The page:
Christina Aguilera Gets Brassy with LA Phil at Hollywood Bowl: Review
“Her voice – it’s like butter,” said a Hollywood Bowl boss on Friday night, using the familiar “SNL”-derived description of Barbra Streisand’s voice and applying it to the headliner of the weekend, Christina Aguilera. Not to criticize the reviews of esteemed subscription holders, but that comparison seemed dead wrong. Aguilera’s voice is not like butter; if anything, it’s like bourbon. Or maybe a good steak… a small one, of course. She has her stratospheric registers and isn’t afraid to use them, but most of the appeal of her vocals is how she can get all the way down her guts while still staying at maximum volume. It’s an approach that could easily overthrow a Hollywood Bowl, or any orchestra in it. So, more kudos to whoever was in charge of the mixing at this weekend’s shows. When you place a singer as tall as Aguilera in front of the LA Philharmonic and Aguilera doesn’t “win”, it’s mission accomplished.
Of all the concerts we’ve seen at the Bowl over the years that paired a pop singer with the LA Phil or the Hollywood Bowl Orchestra, and there are more than a few, this was one of the best, as long as the singer is doing something that fits with what brought her to dance, but has some value-added elements that don’t overlook the fact that she’s actually at a high society ball. It was partly a piece with its series of shows in Las Vegas (so abruptly cut off by the pandemic 16 months ago), featuring dancers, and partly a Boston Pops night that included a squishy funk band. and any split in the difference was not too much of a problem. Of course there were some of those awkward moments he was fair Aguilera’s touring band playing for an entire number, where, as always with these things, you imagine the thought bubbles above the heads of Phil’s members as they wonder if they really spent it all. this time in Juilliard just to be able to sit on their hands while 10 dancers strut around. But it’s a good compromise that some of Aguilera’s loudest songs – like “Lady Marmalade” – can be played at their loudest volume, without trying to figure out how to fit an oboe, while a majority of the setlist really made room for deliciously written and truly audible orchestral arrangements.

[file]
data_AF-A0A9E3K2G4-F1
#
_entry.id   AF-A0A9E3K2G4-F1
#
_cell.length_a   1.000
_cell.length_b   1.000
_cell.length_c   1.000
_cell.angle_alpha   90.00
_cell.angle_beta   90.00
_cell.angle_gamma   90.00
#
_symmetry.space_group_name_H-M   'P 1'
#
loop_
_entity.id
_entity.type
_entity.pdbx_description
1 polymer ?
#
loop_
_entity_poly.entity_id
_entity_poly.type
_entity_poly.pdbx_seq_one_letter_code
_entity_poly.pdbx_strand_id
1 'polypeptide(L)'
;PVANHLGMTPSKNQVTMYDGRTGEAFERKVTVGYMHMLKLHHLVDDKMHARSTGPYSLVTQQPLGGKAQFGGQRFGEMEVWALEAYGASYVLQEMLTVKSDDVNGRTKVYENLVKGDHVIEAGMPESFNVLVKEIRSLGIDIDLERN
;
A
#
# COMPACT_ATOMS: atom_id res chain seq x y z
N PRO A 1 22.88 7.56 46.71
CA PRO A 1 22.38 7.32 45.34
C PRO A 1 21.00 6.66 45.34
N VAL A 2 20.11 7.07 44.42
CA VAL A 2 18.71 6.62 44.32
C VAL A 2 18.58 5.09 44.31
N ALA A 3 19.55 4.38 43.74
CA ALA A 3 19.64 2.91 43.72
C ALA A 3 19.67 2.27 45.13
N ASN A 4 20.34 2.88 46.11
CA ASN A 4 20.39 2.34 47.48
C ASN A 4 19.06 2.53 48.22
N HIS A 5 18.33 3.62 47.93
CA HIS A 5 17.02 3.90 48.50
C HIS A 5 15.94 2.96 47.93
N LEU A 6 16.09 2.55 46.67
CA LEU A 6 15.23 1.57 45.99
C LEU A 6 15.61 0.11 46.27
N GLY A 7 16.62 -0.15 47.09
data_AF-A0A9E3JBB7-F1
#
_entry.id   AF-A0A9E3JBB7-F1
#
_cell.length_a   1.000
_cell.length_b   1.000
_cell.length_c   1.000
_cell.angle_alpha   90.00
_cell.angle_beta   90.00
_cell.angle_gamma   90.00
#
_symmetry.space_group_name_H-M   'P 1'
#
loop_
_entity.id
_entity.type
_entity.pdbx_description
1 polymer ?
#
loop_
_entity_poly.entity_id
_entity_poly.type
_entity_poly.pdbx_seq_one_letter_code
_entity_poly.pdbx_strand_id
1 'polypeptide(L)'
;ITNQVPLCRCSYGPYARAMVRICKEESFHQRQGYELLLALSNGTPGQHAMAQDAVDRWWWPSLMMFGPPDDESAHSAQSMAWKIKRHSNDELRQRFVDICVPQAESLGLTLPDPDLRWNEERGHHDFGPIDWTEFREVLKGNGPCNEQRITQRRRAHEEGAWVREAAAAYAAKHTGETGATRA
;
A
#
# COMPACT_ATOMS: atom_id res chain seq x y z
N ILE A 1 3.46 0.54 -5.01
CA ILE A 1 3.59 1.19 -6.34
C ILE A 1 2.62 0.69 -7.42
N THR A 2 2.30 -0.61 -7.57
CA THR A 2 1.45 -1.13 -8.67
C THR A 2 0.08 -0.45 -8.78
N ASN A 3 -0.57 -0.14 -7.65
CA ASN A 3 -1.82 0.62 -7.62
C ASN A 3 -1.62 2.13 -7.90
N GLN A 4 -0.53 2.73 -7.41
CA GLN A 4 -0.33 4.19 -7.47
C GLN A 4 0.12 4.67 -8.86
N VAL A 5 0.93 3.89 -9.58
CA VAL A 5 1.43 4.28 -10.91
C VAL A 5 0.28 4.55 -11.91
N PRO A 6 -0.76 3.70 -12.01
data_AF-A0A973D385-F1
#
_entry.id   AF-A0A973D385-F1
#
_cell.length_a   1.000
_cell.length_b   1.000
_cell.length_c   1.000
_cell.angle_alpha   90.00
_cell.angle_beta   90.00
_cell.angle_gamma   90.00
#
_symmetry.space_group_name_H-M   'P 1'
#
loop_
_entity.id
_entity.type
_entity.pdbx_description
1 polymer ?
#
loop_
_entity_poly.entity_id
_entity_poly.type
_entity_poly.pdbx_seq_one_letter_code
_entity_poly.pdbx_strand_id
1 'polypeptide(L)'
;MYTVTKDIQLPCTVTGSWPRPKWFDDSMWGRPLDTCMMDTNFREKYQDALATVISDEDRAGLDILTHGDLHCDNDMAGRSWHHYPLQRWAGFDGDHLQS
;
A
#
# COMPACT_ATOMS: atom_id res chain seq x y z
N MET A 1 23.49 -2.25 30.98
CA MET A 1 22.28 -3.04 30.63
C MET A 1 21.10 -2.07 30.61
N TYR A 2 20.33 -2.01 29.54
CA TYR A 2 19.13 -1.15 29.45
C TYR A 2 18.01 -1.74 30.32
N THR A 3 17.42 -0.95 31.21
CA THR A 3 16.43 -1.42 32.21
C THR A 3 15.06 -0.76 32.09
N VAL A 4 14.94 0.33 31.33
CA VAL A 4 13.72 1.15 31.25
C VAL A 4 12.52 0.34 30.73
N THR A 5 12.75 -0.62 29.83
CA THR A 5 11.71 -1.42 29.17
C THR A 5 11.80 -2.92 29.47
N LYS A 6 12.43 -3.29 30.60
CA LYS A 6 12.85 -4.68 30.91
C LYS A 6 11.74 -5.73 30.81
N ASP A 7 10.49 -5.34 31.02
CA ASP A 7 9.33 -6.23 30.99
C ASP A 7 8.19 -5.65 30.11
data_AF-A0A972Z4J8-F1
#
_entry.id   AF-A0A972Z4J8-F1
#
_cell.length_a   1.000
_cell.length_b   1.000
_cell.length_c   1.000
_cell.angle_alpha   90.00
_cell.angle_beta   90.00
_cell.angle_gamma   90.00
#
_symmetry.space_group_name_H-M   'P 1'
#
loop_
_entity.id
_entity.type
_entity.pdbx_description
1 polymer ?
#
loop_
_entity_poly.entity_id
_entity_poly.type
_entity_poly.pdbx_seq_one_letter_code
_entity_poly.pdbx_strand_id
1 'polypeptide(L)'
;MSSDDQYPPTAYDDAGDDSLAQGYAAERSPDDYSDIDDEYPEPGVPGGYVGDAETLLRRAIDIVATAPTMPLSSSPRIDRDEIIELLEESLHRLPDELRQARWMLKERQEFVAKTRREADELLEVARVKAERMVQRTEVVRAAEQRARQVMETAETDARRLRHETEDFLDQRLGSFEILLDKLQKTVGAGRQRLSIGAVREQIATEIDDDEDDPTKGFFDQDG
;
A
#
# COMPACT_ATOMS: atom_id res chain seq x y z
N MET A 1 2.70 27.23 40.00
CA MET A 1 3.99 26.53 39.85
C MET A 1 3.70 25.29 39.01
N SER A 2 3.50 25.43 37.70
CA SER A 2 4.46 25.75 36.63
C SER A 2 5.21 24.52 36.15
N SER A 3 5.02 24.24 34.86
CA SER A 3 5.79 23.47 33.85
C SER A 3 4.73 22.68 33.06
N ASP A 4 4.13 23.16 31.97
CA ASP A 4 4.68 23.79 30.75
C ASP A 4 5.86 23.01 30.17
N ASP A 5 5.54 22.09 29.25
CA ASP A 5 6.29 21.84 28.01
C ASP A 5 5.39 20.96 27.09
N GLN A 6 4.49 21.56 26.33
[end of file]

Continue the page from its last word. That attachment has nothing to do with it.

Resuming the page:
At the start of her 70-minute set, it wasn’t entirely clear whether it could be an even more dutifully categorized show than it actually was. The conductor Gustavo Dudamel and the Phil had taken the first hour of the show to themselves, ending with a reading of Marquez’s “Danzon No. 8” which was such a sublime match of maestro music on a hot evening. , a second half might have seemed superfluous, fan of “Dirrty” or not. When the whole company returned after the intermission, the set was adorned with a very large iceberg, which looked like we might have accidentally strayed into a Celine Dion show instead. Guesses that there might be a ladder behind this iceberg were confirmed when Aguilera appeared at the top, singing Harry Warren’s “At Last”, which might have created expectations for a true “pops” versus pop show. But that wasn’t a giveaway for an overly altered course: “At Last” – which got to Aguilera via Etta James – is something Aguilera sang on her show half as much as she never sang. “Genie in a Bottle”. And from this downward downward spiral, it was off to contemporary R&B banger and power ballad pop races.